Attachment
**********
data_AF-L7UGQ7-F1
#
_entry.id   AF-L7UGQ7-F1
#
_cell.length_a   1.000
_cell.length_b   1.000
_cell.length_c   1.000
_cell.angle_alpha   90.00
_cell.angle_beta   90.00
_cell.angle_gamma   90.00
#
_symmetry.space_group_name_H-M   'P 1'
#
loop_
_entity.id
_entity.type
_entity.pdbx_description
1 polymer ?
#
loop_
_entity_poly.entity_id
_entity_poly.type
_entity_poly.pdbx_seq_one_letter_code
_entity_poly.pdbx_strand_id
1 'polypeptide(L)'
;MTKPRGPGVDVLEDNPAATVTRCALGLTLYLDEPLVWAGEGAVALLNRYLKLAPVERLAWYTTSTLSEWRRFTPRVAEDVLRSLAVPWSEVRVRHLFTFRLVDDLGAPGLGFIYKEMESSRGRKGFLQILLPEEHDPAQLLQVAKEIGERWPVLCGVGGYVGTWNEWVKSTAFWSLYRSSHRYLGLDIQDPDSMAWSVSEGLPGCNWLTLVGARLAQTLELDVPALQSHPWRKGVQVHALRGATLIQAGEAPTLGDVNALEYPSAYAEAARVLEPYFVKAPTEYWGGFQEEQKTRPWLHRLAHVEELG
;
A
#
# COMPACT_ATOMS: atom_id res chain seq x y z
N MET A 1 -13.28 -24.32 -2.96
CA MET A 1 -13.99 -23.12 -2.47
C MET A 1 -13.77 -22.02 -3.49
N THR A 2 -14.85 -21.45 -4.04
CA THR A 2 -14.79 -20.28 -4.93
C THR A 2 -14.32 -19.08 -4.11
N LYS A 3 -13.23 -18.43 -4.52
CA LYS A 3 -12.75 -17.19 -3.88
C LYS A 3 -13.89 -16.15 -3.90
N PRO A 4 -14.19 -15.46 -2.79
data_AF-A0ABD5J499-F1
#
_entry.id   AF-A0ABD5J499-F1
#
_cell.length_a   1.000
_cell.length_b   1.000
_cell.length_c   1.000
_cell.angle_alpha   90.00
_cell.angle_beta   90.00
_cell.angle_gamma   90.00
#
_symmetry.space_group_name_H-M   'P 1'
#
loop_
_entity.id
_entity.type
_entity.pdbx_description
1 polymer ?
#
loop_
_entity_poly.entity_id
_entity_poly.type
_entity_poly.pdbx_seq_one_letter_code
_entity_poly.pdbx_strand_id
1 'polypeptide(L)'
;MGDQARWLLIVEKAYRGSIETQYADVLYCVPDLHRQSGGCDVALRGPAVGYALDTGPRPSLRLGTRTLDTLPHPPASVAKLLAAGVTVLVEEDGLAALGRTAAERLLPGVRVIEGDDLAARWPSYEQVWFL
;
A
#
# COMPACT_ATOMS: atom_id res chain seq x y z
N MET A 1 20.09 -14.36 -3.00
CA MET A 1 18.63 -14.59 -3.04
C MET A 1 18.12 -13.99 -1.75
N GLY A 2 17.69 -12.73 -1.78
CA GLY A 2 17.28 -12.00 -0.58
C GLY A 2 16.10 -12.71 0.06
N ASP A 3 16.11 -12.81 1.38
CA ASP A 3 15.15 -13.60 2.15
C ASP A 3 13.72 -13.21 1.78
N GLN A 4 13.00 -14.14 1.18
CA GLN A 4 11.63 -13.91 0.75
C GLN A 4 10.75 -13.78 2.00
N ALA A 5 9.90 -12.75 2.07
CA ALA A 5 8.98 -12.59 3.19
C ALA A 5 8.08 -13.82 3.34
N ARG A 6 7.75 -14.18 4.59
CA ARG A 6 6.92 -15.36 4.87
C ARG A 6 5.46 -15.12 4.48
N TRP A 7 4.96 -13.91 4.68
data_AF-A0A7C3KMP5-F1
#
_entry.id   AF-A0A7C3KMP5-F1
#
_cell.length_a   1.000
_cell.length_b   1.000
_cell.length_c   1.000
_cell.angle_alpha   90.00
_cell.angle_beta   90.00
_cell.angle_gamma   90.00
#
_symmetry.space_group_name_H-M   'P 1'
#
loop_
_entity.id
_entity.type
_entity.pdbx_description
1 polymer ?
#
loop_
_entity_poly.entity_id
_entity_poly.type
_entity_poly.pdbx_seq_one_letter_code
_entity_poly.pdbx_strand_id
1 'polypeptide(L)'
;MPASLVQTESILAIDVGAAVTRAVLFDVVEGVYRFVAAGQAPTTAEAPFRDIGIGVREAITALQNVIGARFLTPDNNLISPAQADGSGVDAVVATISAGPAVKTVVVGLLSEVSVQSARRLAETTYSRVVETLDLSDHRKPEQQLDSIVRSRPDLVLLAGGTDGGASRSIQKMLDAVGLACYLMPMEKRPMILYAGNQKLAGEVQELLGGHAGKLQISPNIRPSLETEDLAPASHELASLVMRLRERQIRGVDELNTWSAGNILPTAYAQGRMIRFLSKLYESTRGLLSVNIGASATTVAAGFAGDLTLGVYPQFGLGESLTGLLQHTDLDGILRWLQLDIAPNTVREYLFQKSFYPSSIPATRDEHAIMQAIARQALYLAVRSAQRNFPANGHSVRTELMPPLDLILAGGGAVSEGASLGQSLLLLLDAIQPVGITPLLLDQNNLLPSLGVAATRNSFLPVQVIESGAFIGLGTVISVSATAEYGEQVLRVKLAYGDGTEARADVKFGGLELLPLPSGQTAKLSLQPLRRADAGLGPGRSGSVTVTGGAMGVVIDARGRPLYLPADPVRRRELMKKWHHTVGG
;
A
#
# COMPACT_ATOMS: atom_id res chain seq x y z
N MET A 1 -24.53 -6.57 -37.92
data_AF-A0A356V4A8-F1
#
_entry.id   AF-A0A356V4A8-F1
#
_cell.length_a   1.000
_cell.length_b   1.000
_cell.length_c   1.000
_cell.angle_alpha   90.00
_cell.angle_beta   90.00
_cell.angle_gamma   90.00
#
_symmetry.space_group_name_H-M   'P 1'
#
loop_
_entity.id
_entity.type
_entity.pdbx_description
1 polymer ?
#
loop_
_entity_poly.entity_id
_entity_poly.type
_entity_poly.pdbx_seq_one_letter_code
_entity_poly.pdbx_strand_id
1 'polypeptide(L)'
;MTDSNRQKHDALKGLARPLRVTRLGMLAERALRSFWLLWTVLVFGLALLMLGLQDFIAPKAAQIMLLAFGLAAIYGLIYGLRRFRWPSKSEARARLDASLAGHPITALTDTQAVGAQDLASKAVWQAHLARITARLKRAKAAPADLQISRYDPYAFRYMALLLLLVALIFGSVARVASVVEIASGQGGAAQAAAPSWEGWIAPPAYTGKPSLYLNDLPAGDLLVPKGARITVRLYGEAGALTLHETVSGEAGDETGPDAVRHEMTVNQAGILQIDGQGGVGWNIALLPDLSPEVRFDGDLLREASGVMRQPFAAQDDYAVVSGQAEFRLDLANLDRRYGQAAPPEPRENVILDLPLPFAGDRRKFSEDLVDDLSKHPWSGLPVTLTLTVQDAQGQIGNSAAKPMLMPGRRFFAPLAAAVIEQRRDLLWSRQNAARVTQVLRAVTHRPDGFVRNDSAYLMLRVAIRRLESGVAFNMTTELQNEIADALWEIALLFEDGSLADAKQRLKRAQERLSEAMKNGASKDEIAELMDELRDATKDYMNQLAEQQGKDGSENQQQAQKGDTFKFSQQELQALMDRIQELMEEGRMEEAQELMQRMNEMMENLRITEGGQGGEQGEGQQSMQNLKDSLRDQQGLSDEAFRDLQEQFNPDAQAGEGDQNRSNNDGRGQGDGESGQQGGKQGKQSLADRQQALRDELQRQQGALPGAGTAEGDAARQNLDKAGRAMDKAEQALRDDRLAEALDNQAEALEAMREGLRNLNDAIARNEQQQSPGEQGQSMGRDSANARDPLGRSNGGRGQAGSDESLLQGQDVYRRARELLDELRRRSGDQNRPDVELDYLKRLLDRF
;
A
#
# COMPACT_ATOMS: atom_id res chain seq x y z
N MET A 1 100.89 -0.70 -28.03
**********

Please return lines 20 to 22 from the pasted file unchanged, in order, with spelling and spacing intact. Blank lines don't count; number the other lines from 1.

loop_
_entity_poly.entity_id
_entity_poly.type